It's Diablogical!
A Collaborative Diablog on Feminist Pedagogy
SLP’s introduction in 294 words!

So here’s what I have for my first two paragraphs. It was tough–so many ideas swimming around in my head. Does it lack personality (or a person)? I also wonder if it seems a little too vague. What do you think, KCF?

Last summer I fell in love with blogging. Sure I had been using blogs in my classes since January 2007, but it wasn’t until I started writing in my own blog in May 2009 that I realized what a powerful space for radical transformation, critical and creative expression and community-building it is. Now it is over a year later and blogs play a central role in all aspects of my life as a thinker, learner, writer, teacher and researcher. I use my personal and course blogs to archive ideas, to document research, to put seemingly disparate ideas or representations into conversation, to offer up various accounts of myself, to build relationships with visible and invisible/known and unknown readers, to experiment with pedagogical techniques, to cultivate effective writing and thinking habits, to disrupt the rigid rules and disciplinary borders that discourage new ideas and unexpected connections, to lay bare my own thinking and writing process, to practice what I teach, to develop connections between my different academic selves, and to remind myself and others that being a thinker/learner/educator can be energizing and fun. Perhaps most importantly, writing on my own blogs and using blogs in the classroom enables me to access my feminist troublemaking self.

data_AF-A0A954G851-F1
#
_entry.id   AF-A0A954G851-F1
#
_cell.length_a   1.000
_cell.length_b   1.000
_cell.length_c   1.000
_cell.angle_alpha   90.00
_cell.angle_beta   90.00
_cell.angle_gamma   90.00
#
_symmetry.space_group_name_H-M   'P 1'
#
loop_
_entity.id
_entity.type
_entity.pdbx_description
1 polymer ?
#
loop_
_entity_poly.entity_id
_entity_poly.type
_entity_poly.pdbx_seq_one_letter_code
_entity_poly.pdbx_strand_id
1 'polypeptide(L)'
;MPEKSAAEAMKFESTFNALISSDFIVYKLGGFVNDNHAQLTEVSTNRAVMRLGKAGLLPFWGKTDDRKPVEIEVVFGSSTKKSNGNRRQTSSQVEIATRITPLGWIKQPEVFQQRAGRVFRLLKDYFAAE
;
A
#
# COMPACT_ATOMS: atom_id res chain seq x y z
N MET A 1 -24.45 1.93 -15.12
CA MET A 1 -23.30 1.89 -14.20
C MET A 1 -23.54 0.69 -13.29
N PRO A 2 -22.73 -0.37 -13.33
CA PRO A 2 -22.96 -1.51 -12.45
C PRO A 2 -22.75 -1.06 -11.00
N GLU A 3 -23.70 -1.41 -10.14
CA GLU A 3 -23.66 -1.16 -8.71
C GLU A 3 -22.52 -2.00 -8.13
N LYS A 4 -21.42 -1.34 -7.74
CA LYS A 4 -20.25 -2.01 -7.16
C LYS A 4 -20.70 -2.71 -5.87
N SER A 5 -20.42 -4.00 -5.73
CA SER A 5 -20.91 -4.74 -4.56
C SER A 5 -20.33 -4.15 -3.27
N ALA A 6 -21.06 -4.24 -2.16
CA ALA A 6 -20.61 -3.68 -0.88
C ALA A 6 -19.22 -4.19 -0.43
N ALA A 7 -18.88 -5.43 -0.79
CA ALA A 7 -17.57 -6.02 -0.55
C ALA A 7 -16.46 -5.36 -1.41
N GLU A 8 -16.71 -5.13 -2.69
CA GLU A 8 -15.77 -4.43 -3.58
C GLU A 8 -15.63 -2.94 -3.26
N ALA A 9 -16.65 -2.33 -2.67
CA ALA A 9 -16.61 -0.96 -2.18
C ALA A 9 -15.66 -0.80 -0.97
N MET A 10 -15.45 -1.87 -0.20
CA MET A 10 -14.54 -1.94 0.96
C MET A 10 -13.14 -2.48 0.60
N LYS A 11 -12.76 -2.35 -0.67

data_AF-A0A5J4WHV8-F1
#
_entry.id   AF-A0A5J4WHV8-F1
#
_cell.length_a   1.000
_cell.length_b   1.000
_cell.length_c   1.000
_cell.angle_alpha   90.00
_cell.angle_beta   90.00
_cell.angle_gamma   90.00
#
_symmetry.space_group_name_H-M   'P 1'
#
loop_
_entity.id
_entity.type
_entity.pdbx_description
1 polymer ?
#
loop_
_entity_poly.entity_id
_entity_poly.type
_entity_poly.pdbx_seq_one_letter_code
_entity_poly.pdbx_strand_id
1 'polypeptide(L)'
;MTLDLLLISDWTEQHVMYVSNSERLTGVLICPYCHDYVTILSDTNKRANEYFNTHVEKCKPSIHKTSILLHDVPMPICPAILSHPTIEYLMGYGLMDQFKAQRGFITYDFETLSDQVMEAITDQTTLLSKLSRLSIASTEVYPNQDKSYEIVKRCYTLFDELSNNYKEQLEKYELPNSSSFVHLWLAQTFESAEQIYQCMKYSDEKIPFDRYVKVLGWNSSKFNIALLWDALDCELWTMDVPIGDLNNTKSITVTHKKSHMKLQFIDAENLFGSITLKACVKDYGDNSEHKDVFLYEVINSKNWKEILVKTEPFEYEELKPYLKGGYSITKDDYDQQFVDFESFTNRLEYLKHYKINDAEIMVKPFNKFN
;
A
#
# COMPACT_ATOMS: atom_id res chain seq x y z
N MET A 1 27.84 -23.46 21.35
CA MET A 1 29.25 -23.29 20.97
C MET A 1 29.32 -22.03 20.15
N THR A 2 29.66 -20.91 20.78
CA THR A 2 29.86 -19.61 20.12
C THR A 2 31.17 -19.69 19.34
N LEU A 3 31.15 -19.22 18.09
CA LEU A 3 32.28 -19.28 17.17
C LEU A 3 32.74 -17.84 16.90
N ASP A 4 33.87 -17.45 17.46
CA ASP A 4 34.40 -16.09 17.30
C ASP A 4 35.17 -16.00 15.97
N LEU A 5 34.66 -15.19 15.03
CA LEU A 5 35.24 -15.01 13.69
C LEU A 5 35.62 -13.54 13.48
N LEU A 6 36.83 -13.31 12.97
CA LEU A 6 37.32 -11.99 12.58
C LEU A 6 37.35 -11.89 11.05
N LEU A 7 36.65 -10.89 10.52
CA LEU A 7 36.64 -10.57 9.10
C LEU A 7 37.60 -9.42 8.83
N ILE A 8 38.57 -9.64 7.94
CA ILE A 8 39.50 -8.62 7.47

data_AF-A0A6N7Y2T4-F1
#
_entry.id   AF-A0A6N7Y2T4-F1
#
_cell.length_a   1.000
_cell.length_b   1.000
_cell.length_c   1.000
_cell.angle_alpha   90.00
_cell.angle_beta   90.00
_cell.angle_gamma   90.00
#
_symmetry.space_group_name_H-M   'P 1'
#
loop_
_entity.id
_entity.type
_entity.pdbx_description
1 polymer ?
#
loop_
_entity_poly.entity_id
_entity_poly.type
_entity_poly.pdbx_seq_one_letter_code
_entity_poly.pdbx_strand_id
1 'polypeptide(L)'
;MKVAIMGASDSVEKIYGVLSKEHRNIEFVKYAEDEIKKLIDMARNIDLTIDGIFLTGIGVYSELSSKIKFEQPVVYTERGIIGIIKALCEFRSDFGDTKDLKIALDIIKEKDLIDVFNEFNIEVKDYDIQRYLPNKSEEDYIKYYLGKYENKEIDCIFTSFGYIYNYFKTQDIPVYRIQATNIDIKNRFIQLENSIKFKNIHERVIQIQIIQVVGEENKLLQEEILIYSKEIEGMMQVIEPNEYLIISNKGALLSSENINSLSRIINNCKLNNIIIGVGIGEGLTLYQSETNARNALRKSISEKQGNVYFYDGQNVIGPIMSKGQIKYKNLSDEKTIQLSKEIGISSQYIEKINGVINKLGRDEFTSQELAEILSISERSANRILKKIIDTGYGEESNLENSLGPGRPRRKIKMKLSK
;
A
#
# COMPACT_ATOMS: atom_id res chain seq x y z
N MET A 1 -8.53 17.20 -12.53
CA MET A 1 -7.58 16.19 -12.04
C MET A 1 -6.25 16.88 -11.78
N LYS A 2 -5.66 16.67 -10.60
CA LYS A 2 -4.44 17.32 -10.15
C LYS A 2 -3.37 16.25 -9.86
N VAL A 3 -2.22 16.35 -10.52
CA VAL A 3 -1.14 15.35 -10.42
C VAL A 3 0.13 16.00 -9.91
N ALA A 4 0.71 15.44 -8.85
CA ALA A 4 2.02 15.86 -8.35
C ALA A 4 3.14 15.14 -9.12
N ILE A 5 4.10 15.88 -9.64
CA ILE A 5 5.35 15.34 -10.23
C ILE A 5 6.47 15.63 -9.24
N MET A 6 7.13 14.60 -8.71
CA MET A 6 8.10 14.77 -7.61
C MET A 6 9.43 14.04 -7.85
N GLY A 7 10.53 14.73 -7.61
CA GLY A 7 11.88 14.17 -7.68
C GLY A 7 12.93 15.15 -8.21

As a white feminist troublemaker, I use blogs to reject rigid boundaries between disciplines, find creative ways to connect my research with my life, and infuse my ideas with a sense of humor. I play with what should count as rigorous scholarship or as proper objects of study. I cultivate a curiosity about the world that is motivated by a desire for engagement and transformation as opposed to knowledge. And I invite my readers to join me in a troubling space, where uncertainty  and critical and creative reflection on failure are encouraged.

Does my last sentence make sense?

1 Comment to “SLP’s introduction in 294 words!”

  1. KCF says:

    SLP I think your intro is really great. I love the line, “to practice what I teach” such a clever turn play on “practice what I preach.” I think you are in here a lot, the flow definitely mirrors how you like to play with words and you’ve packed a lot of punch in this small space. I’m thinking maybe I should change mine now!

    The last sentence sounds good to me – although “a troubling space” kind of sounds weird to me. As I am someone who knows why you’re so into troublemaking and making trouble others might not understand what you mean with that phrase (maybe?). I guess I am also a little thrown off by the discussion of failure just at the end. Maybe you should add one more sentence about why you find this practice valuable, because I don’t want someone to read this and then think that you’re a failure or that you’ve failed to actually do any of the key points you’ve made in paragraph one on why you use blogs. Does that make sense? I’m looking forward to talking about this more today!